A BCG Matrix is a framework for the valuation and justification of the product with the highest and the lowest market share. BCG Model has four quadrants; Star, Question Mark, Cash Cow and Dog. You can note each segment in a small, medium-sized, or large business entity. If you have a business, you can utilize these frameworks to understand which products/services you sell fall in which quadrant. Knowledge of your products and their quadrants may help you decide where to invest most of your time and money for optimal revenue generation.
The investments diversification needs of a company make this framework quite useful to pay attention to. In portfolio valuation, using BCG (Boston Consulting Group) Matrix, analytics are done to assess the most and the least profitable product.
As ongoing business concerns, companies diversify to establish a portfolio from which profits can be maximized. The valuation of products/services under a portfolio depends on the market share attributed to each. This explains why some products/services under the same brand name have a larger market share than others.
Those in marketing use the BCG matrix to allocate money strategically across the portfolio of products.
Star is that product/brand with a significantly high market share in an emerging industry. Even though star products are not super profitable, they have a high potential to generate decent revenue. For several reasons, products in this quadrant are less popular in this emerging or growing industry.
This relatively new market has yet to get many people’s attention. Stars are thus known to people actively participating in this growing industry. Secondly, the emerging industry is yet to reach its peak in media coverage. Such products are yet to receive much recognition for media coverage and publicity.
In a real sense, a product in the star quadrant demands more marketing than cash cows. Intense marketing creates brand awareness and builds strong brand knowledge about the product/service. At times it is not a product but a brand name that is also emerging in this relatively new market.
Most companies intend to make their star brand cash cow in future. This explains why too much effort is directed toward growing such brands for future success.
The product in question mark quadrant claims a small market share but is in an industry with growth potential. Products in this quadrant are opposite those in the star quadrant. The industry in both quadrants is experiencing high growth, but products in the question mark quadrant hold a low market share. Competitors in this growing industry have a high market, thus overwhelming the product/brand in question.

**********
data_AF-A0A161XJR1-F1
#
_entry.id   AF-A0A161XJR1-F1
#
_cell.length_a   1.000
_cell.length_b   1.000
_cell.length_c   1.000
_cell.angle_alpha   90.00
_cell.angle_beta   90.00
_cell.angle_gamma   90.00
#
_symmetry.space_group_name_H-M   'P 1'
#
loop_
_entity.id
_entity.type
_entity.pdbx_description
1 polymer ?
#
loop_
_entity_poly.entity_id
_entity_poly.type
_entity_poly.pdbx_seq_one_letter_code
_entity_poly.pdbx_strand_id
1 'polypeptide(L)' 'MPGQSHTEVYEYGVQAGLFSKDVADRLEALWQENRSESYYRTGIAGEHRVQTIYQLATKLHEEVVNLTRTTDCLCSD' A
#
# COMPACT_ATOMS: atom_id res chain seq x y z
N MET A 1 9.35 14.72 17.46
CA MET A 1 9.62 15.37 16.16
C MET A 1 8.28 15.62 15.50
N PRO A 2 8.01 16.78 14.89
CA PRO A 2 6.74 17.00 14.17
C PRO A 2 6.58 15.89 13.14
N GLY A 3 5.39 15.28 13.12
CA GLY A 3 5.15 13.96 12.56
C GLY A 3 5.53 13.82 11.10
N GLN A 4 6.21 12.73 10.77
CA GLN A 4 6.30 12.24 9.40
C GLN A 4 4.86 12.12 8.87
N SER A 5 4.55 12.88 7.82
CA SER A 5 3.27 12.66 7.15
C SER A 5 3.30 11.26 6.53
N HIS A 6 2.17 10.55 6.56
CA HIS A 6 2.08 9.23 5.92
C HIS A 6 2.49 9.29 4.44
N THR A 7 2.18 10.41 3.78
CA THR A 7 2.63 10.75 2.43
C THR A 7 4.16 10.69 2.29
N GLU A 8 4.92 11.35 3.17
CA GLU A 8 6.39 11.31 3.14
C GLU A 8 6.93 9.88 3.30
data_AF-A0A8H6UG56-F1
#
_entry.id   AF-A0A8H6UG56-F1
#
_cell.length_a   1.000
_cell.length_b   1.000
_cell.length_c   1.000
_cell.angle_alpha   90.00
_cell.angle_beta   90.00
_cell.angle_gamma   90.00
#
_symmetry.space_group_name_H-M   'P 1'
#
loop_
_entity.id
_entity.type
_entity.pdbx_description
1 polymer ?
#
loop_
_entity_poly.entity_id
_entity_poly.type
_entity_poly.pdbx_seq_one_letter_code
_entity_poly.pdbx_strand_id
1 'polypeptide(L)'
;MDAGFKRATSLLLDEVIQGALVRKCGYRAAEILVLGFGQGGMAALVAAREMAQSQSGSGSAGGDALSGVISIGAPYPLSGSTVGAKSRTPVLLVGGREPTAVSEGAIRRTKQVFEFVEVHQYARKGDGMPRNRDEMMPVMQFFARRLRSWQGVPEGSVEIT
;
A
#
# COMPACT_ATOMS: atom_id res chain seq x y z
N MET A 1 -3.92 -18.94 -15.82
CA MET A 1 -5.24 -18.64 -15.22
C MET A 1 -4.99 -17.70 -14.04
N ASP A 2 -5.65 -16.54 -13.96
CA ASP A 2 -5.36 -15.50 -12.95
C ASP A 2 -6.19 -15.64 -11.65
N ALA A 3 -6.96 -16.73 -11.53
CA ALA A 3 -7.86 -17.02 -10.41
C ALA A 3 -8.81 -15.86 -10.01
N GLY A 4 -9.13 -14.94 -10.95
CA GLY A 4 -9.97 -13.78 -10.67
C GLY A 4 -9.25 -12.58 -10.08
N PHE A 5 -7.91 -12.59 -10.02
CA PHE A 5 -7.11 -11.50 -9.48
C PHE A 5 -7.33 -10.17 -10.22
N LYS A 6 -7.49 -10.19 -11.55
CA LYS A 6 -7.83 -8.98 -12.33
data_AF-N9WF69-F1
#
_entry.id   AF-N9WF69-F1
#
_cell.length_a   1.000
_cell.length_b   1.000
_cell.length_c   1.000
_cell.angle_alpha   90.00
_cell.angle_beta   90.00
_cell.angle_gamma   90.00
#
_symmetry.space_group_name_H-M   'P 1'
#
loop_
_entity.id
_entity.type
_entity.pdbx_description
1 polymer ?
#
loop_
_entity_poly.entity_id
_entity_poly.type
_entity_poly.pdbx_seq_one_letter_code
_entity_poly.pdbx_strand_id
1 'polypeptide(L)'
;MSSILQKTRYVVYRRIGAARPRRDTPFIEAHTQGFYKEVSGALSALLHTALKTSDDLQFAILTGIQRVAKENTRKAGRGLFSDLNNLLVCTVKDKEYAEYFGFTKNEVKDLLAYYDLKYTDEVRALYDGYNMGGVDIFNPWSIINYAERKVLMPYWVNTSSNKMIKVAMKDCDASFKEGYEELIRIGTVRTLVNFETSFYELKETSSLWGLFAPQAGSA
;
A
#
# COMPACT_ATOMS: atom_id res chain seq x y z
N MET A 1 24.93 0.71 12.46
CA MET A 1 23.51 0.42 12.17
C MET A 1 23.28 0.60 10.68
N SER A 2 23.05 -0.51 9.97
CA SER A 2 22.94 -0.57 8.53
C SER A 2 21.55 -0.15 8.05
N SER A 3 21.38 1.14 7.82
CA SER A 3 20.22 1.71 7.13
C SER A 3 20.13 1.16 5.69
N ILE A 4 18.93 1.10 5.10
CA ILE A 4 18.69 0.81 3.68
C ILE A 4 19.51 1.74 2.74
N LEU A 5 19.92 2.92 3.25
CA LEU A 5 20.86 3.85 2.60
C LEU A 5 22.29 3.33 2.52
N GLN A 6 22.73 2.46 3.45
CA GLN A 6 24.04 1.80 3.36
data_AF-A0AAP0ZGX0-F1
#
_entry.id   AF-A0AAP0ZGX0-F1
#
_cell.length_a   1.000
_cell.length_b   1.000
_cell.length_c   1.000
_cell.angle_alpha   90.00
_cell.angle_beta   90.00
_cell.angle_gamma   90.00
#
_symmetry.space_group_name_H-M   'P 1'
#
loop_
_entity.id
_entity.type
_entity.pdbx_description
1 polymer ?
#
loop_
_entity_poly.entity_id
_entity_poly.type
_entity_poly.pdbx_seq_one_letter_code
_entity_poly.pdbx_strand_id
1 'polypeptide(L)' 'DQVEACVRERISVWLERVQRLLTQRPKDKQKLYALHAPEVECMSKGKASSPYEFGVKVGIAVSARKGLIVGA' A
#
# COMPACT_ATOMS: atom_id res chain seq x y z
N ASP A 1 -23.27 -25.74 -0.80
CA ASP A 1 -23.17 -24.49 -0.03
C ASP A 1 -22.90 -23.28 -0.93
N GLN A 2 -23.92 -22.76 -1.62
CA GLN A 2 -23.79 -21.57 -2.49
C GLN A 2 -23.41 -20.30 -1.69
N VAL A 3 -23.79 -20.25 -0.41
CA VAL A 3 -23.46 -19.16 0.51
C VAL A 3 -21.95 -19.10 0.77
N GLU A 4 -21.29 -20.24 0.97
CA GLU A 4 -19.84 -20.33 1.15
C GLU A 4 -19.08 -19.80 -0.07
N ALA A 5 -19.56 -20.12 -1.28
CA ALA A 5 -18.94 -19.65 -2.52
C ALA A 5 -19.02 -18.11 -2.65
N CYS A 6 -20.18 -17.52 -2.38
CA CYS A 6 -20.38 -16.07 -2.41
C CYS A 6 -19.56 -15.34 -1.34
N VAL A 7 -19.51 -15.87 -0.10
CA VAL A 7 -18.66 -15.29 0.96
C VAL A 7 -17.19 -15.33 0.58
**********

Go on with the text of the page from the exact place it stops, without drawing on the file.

It is hard to predict the future of question mark products. The industry is yet to take shape, and sustainability is thus in question. A company must decide whether to invest in these products and move them into stars or discard them completely from their portfolio.
Cash cow product/service is that with the highest market share of a mature industry. A mature industry has low growth, and no external force within the market triggers a significant notable change.
To a company, cash cows will often bring in the most revenue. By dominating the largest market share, cash cow products or services competes stiffly with other existing players in the industry.
A cash cow product benefits from brand knowledge. Customers in the given industry have a perceived high brand equity of the cash cow, which is what a company leverages. Brand equity contributes to a high brand choice and sales volume compared to competitors.
A dog product has a low market share in a mature industry/low-growth industry. It happens to almost any other company because, realistically, a company will flourish in some areas and struggle in others. A dog product barely earns substantial income for the company in question.
If a company does not want to let the product in the dog quadrant just to be, there are two possible case scenarios.
The company might try to push the dog product and make it a cash cow. However, this is hard because of the dominant brands in such an industry. Trying to earn brand equity in an industry where a certain brand has been championed for the longest is too much hard work.
Two, the management, led by a brand manager, can make it a question mark product. This is not easy because of uncertainty around the question mark’s future.
The best thing is thus to leave the dog product just be. Let this product perform and compete organically in the industry.
Iacobucci, D. (2021). Marketing management. 5th Edition.